Yet prosecutors threatened to pursue other charges against Coronado. For example, they threatened to charge him for a similar speech he gave in Washington, D.C. in 2003. To avoid such charges, Coronado accepted a plea deal involving one year and one day in prison. He surrendered to federal custody on May 9, 2008.

former inmate daniel mcgowan’s claims against the bureau of prisons dismissed

On November 9, 2006, Daniel McGowan pled guilty to conspiracy and arson charges, with the understanding that he wouldn’t implicate or identify anyone other than himself. After traveling from the East Coast to Oregon, McGowan had acted as a lookout for two Earth Liberation Front (ELF) arsons, including when activists burned down the offices of Superior Lumber. According to a 2006 Rolling Stone article,

Daniel McGowan, the sandy-haired son of a New York cop, hopped a train to the West Coast with a backpack of his things, hoping to find out what the green anarchists could teach him about changing the world. An earnest student of political theory, McGowan had been trained in nonviolent resistance by the Ruckus Society, and when he arrived in Eugene he volunteered to put together a page in Earth First! Journal to drum up support for political prisoners.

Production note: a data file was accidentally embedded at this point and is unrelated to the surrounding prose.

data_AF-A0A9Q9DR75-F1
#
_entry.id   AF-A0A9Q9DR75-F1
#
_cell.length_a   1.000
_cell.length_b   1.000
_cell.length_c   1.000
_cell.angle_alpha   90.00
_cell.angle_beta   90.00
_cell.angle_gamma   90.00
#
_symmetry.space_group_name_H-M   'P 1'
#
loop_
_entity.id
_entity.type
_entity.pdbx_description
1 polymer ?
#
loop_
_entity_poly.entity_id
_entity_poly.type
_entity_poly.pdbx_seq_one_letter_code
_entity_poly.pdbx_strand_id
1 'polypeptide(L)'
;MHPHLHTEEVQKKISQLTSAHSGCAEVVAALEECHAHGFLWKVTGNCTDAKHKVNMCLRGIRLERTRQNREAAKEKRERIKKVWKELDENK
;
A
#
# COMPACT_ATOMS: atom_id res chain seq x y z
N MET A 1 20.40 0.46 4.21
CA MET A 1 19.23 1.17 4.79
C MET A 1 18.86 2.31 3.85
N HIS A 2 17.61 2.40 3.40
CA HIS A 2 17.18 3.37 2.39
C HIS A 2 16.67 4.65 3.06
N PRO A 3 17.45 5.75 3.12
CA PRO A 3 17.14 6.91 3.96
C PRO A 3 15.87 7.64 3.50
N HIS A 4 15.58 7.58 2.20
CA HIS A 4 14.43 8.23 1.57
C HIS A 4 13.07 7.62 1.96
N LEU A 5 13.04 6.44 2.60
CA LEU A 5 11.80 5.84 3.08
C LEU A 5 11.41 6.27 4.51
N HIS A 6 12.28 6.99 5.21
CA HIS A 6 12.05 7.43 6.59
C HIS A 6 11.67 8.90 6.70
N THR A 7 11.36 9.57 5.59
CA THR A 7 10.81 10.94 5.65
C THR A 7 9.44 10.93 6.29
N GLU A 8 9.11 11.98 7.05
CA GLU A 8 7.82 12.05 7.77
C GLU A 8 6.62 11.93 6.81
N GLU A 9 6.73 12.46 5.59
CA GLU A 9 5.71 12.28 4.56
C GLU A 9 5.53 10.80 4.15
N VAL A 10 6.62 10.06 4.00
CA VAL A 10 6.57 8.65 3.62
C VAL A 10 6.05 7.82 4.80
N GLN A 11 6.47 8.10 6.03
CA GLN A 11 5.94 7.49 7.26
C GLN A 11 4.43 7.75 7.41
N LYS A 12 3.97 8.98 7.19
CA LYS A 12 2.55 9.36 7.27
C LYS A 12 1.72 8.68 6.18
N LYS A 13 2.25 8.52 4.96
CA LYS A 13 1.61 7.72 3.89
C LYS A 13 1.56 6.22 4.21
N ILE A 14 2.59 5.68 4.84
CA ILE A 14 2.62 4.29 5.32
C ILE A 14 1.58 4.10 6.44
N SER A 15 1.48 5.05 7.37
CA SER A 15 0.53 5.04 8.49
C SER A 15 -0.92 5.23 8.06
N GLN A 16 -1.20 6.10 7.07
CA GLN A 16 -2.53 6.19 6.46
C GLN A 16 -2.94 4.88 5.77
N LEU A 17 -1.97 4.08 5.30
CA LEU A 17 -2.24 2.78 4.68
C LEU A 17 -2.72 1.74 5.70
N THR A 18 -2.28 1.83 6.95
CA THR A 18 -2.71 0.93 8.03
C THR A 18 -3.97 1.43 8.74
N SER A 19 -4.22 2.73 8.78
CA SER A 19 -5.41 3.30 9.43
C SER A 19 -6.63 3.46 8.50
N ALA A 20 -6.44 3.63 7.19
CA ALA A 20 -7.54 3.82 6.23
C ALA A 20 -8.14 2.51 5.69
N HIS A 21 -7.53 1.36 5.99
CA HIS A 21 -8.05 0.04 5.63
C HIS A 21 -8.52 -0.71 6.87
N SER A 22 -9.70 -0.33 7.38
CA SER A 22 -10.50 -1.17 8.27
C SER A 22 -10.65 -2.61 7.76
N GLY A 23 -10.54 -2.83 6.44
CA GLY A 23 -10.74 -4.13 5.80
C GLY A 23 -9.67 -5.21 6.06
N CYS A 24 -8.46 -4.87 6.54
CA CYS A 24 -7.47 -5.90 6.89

After pleading guilty in 2006, McGowan was sentenced to seven years in prison. McGowan was subsequently transferred from the general prison population to a highly-restrictive Communications Management Unit (CMU) in Marion, Illinois. On March 30, 2010, the Center for Constitutional Rights filed a lawsuit on behalf of several plaintiffs, including McGowan, challenging policies and conditions at two CMUs, and the circumstances under which the CMUs were established. (Later in 2010, McGowan was transferred back into the general prison population, but in February 2011 he was transferred to the CMU in Terre Haute, Indiana.)

Today the court dismissed McGowan’s claims – that he was placed in CMUs in retaliation for protected First Amendment activity – because he was not subjected to physical harm. The Prison Litigation Reform Act (PLRA) says that no federal civil action may be brought by a prisoner for mental or emotional injury suffered while in custody without a prior showing of physical injury. The other claims in the case, challenging broad due process violations at the CMUs, will proceed.

leslie james pickering to sue the government for refusing to release records